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    Craig Morton Throws His Way Into #14

    Welcome back to another edition of the Countdown to Kickoff Series. Currently, we sit 14 days until the open up the season against the Bucs, and while I would love to dive into that expected, explosive matchup, let's take a breather and look at something else exciting.

    And that's the Greatest #14 in Dallas Cowboys .

    Looking at the nine guys who wore the number, you realize two things. One, there isn't anyway truly special that pops out, and two, the most impactful player was back in the 1960s.

    So with that in mind, after some research over each player, the guy that won today's crowning was QB Craig Morton.

    Although he never got the chance to lead the Cowboys to the , he was still a part of the 1972 SB-winning team and finished with an over .500 record during his time with Dallas.

    Let's dive into Mr. Morton's NFL Career.

    Craig Morton's NFL Career

    Morton was another guy in this series that I wasn't able to watch in my lifetime, but after skimming through how people felt about him through , I came to a consensus that he was a pretty solid QB–but luck wasn't in his favor.

    Also, to find out that he averaged 17.83 YPC during the 1970 season, which is the most in NFL History, was pretty cool.

    Morton's Cowboys career began in 1965 after he went fifth overall to the franchise and got slotted into the backup QB role behind starting QB . While Morton wouldn't smell the field consistently, he got his shot in 1969 after Meredith's and managed to compile a 2,500 yards-plus passing season with a 21-7 TD-INT ratio.

    But, injuries were the theme of his first season as a full-time starter.

    Morton would put together four modest seasons in his final years with the franchise before departing to the in a –and getting replaced by QB .

    After deep-diving into Morton's career, the moment in his career that stood out for me was when Morton had to face the Cowboys in Super Bowl XII, and of course, he had to compete with the QB who took his spot.

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    Just imagining how big those storylines must have been and the nerves that I bet Morton felt had to be massive, as he likely wanted to prove to his former team that they messed up by getting rid of him.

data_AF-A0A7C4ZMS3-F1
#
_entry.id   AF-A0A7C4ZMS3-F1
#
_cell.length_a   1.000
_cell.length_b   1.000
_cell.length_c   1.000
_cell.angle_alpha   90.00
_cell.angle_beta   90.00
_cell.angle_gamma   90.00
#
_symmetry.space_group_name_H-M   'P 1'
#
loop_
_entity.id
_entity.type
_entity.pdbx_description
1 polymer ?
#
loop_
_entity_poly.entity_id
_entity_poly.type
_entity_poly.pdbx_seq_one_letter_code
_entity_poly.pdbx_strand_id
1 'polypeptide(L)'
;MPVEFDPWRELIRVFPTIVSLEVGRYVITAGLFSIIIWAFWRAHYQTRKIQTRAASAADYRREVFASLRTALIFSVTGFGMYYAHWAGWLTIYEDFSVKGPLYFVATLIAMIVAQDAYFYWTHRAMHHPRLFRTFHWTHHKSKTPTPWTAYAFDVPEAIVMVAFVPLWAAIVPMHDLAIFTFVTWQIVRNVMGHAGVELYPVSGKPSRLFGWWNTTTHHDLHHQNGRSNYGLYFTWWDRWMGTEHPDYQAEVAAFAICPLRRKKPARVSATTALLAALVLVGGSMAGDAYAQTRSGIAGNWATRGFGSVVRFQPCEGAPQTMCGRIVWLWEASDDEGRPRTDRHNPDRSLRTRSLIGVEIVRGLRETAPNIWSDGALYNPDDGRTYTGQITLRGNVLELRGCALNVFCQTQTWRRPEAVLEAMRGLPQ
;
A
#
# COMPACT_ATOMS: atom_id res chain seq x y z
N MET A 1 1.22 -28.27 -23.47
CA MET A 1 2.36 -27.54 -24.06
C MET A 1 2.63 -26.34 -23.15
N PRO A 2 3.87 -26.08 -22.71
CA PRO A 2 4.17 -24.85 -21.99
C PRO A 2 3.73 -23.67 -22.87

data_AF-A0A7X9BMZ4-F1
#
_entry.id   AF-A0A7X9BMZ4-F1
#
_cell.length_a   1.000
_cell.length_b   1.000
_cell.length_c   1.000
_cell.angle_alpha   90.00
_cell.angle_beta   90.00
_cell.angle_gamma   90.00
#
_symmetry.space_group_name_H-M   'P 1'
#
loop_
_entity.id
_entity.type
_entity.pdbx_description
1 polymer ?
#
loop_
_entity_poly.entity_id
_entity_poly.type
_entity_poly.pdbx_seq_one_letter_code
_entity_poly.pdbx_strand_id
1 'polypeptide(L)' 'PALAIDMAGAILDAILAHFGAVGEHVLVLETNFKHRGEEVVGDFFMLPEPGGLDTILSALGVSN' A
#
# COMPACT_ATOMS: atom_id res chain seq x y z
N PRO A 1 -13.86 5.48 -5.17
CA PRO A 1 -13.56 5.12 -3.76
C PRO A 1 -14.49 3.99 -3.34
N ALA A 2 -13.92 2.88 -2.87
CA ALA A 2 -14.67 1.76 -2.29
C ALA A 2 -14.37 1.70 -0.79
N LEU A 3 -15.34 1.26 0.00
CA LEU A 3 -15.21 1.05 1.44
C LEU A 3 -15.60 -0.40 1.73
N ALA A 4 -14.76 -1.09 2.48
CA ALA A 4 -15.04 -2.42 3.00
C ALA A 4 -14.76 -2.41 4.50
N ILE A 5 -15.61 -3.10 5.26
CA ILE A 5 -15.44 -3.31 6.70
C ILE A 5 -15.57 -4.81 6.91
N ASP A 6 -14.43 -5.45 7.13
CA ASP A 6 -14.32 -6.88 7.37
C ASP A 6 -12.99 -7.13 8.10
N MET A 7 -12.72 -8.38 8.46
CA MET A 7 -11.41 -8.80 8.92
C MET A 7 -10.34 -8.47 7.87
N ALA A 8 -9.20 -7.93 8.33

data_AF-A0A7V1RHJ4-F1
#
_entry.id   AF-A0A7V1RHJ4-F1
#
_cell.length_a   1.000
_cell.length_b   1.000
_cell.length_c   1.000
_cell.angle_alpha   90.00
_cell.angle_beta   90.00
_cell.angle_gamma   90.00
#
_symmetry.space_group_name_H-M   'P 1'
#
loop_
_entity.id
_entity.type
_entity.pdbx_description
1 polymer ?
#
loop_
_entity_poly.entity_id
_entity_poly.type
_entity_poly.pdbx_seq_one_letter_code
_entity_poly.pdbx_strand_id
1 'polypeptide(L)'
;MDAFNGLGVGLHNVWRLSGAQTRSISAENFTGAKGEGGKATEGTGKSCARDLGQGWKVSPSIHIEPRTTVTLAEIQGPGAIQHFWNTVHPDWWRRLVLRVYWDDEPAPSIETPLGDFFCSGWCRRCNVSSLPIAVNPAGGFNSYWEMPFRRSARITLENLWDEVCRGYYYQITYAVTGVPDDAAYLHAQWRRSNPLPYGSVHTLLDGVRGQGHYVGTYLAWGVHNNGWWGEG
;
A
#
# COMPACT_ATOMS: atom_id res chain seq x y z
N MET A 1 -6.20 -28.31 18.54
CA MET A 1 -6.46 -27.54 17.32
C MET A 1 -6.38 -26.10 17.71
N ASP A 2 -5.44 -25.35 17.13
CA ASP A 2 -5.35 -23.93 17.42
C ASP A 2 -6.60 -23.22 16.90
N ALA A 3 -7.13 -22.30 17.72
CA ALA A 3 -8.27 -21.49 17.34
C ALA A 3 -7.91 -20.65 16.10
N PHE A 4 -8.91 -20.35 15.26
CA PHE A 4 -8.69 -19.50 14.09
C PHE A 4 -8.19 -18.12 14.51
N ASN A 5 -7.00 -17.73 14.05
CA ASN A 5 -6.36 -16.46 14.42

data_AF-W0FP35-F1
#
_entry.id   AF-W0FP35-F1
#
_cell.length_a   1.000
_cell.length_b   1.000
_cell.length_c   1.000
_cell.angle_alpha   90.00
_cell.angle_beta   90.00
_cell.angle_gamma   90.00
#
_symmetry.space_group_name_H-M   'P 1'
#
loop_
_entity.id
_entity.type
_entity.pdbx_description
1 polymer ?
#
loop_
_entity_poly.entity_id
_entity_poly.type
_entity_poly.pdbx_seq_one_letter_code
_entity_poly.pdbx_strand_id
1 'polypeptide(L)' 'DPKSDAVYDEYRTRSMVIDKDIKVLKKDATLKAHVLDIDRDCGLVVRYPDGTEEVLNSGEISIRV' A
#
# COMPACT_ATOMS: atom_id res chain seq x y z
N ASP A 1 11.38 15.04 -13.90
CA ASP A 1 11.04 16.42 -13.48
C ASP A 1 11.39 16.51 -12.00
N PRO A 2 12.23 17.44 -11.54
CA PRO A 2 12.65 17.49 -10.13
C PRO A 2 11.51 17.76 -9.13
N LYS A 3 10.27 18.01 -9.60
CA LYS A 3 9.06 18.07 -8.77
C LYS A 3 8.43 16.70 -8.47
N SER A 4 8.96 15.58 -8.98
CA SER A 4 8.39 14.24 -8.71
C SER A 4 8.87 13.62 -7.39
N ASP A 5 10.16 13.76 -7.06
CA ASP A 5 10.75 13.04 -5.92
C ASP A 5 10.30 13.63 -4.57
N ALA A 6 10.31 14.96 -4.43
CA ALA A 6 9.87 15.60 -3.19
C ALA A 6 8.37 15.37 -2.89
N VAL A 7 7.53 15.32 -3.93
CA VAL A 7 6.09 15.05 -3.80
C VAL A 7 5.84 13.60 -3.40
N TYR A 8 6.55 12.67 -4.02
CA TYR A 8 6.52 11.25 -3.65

But as most fans know, Morton lost to the Boys.

    However, if there were one thing I could tell you that Morton didn't lose to, that would be earning the Greatest #14 in franchise history award. While he couldn't help bring the team a Lombardi Trophy, he will be forever engraved as an impactful QB for the franchise.

    Also, he helped the switch essentially between him and Staubach, so there could be a reality that the Cowboys miss out on two Super Bowl trophies.

    For now, congratulations to Mr. Morton, and check back on Monday for the Greatest #13 in franchise history.

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    Rocky Garza Jr
    Rocky Garza Jr
    Rolling with the Boyz since 96'. Chop up sports with me on Twitter @rockssjr.

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    Gary

    You have no idea how good Morton potentially was. Incredible arm. I think his very first play from scrimmage was a bomb to Bob Hayes that resulted in a TD. He was the only qb who could actually throw a pass that Hayes cd not outrun. The Super Bowl year, he was in the running for MVP.

    Rod Bales

    Thanks for removing the &rsqo or whatever that was. The article said he had done a “ deep dive” into Craig Morton’s career yet really said almost nothing. Craig Morton had a tremendous arm, delivery and accuracy and when he got protection he as terrific. Knee injuries robbed him of mobility and he was a sitting duck at the Super Bowl due to the Broncos offensive line failings.

    Sak

    What do you mean he never got to lead the Cowboys to a Super Bowl? He was 8-3 in his 11 starts in 1970 & was the starting QB in Super Bowl V.

    Dutch Robbins

    *Dutch Robbins

    If coach Landry started qb Craig Morton his 1965 rookie season and became the Dallas qb starter, if you recall Morton had mobility during those early years 1965-1968.
    Sitting on the bench didn’t help Morton’s career those first 4 season years whatsoever.
    I saw a past 60s clip of Morton escape the defence pass rush and out ran the defense pass rush to the side line and threw a 40 yard bullet pass to the end zone TD in running motion.
    If you recall later part of Morton’s football career was plague of injuries.
    Morton was force as a pocket passer later part of his career, his knees were just as bad as broadway Joe Namath knees.
    Having a weak offence of line didn’t help Namath or Morton’s chances for future greatness of their later careers.

    .